November 28, 2022

A CONGRESSMAN on Thursday questioned the reported plan of the Supreme Court to reopen the estate tax case against the family of President Ferdinand Marcos Jr.

Albay First District Rep. Edcel Lagman, president of the opposition Liberal Party, issued the statement after Chief Justice Alexander Gesmundo said certain circumstances allow the review of court decisions that have been accorded finality.

In 1997, the court ruled with finality that the Marcos family owed the government P23 billion in estate taxes, with the figure rising to over P200 billion due to penalties and surcharges.

In a statement, Lagman said reopening the case would violate the principle of final judgment which rejects the revival of cases already ruled with finality by a competent court.

“If final and executory decisions of the Supreme Court can be reopened in perpetuity, then litigations would be interminable or endless and the hallowed doctrine of res judicata is abandoned with impunity,” he said.

Get the latest news

delivered to your inbox

Sign up for The Juan Kabayan’ daily newsletters

By signing up with an email address, I acknowledge that I have read and agree to the Terms of Service and Privacy Policy.

“Res judicata means conclusiveness of judgment or a matter that has been adjudicated (with finality) by a competent court may not be pursued further by the same parties,” he said.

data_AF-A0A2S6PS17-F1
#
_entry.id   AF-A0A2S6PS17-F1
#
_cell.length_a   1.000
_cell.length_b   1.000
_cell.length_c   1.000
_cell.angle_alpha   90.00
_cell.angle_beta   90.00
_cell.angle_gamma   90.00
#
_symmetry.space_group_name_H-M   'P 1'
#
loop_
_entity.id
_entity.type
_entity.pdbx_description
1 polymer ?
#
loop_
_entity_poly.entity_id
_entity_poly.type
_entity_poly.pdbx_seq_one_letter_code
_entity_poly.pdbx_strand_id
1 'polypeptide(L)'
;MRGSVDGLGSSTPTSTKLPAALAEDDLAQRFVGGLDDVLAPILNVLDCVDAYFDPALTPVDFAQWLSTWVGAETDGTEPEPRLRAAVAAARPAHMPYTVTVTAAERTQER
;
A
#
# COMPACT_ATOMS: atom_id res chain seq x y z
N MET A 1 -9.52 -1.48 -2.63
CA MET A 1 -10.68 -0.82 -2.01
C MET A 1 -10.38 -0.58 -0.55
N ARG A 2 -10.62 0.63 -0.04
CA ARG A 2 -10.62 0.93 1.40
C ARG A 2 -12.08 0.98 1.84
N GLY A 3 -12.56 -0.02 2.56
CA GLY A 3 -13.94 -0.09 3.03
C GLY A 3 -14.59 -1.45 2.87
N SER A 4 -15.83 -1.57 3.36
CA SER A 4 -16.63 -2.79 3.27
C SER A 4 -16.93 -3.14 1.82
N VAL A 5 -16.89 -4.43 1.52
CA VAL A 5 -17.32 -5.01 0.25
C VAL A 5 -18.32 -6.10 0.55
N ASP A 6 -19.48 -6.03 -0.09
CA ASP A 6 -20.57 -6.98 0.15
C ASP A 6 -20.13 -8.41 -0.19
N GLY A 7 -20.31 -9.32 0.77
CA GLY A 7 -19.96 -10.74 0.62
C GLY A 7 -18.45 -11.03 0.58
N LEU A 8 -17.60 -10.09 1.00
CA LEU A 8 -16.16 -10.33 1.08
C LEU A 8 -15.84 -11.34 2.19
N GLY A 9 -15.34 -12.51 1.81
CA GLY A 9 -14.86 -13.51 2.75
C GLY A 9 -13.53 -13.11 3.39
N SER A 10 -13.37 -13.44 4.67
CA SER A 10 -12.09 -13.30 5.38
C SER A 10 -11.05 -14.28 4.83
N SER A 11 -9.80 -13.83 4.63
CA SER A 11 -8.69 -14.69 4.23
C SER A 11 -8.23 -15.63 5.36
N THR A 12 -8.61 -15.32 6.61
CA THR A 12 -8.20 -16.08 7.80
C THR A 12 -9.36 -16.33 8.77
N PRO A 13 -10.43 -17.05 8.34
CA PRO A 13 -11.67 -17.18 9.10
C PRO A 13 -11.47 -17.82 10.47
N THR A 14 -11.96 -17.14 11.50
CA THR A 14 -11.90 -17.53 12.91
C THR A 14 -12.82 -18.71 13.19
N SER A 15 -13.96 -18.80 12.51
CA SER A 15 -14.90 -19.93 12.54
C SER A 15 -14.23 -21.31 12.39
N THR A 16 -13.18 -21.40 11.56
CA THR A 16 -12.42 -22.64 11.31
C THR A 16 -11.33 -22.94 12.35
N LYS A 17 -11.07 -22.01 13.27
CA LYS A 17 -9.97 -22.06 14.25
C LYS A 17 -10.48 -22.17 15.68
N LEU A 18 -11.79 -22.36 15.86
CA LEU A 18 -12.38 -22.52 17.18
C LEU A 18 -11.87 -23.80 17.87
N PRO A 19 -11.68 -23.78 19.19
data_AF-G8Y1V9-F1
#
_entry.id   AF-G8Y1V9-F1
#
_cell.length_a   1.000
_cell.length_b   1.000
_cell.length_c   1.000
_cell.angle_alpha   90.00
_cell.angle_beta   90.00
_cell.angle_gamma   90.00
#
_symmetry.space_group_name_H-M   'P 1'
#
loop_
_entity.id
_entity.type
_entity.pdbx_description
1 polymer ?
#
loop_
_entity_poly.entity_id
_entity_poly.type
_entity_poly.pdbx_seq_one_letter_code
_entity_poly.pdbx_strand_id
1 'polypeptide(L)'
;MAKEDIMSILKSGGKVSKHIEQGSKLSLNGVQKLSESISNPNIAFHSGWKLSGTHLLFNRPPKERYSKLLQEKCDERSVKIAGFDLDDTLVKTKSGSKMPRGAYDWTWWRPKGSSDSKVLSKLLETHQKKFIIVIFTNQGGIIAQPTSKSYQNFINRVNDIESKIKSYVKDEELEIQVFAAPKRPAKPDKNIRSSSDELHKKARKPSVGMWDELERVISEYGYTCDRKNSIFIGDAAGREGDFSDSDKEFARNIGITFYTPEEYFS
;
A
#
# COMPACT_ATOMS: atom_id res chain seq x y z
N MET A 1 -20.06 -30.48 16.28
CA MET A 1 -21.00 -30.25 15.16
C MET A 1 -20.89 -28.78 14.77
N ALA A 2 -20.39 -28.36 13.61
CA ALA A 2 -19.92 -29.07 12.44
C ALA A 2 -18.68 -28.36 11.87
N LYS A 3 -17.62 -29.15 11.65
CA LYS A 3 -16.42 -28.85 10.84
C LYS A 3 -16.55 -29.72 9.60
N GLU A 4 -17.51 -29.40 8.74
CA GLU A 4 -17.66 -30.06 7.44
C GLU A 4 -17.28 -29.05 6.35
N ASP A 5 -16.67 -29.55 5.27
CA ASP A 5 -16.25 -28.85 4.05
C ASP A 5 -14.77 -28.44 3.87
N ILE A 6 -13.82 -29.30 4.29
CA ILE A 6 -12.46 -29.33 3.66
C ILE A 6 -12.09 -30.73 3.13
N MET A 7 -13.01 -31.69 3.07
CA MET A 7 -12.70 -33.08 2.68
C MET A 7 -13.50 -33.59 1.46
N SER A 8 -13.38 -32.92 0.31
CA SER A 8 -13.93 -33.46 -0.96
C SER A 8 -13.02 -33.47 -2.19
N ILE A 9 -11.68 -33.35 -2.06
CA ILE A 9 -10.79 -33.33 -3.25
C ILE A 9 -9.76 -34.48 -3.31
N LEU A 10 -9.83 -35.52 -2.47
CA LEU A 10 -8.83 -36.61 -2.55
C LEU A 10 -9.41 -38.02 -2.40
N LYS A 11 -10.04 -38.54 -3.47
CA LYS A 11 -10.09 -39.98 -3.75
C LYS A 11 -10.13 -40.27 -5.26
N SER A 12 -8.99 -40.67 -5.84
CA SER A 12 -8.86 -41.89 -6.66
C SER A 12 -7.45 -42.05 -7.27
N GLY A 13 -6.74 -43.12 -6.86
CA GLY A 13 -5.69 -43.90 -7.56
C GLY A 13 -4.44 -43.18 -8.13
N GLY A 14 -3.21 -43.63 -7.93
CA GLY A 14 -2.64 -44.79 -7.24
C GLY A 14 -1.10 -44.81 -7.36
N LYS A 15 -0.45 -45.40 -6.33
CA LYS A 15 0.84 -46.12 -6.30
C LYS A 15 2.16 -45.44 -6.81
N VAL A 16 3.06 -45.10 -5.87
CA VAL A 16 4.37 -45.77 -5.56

Lagman, a lawyer, pointed out that the Marcos family’s estate tax case had been ruled with finality in March 1999.

“The decision of the High Court in the estate tax liability of the Marcoses, which has ballooned from P23B to P203B due to interests and surcharges, became final and executory way back on March 9, 1999, or more than two decades ago,” he said.

Lagman said the Marcos family had been given three decades to contest the case in court, starting from when they were allowed to return to the Philippines from exile in 1991.

“Before 1999, the Marcoses were allowed starting in 1991 to return to the Philippines to face corruption charges, and Imelda Marcos even ran for president in 1992, seven years before the finality of the tax case. Verily, the Marcoses were in the Philippines to contest their estate tax liability,” he said. “The lapse of time has made the final decision immutable. Jurisprudential doctrines can be reversed in a subsequent similar case, but not in the same prior case where the verdict has already become final and executory.”

At the Kapihan sa Manila Bay forum last Wednesday, Gesmundo said “no decision is set in stone” when it comes to cases that were decided with finality.

He cited circumstances where a case may be revisited despite a final decision by the Supreme Court. The modification in the decision would also depend on the Court’s composition, he said.

Gesmundo said there were previous cases that, while deemed final and executory, were reopened “simply because the [Supreme Court] determined that there was violation of due process.”

“In those instances, the Court is always guided that cases should be terminated at a certain point in time, it is called res judicata,” he said.

“What is important are the issues being brought by the parties before the SC. Is it a question of constitutional rights blatantly violated? Then we have to take a second look,” the magistrate said.

In an interview with Toni Gonzaga in September, Marcos said the tax case should be opened because his family “had no chance to answer” when the Supreme Court issued its decision.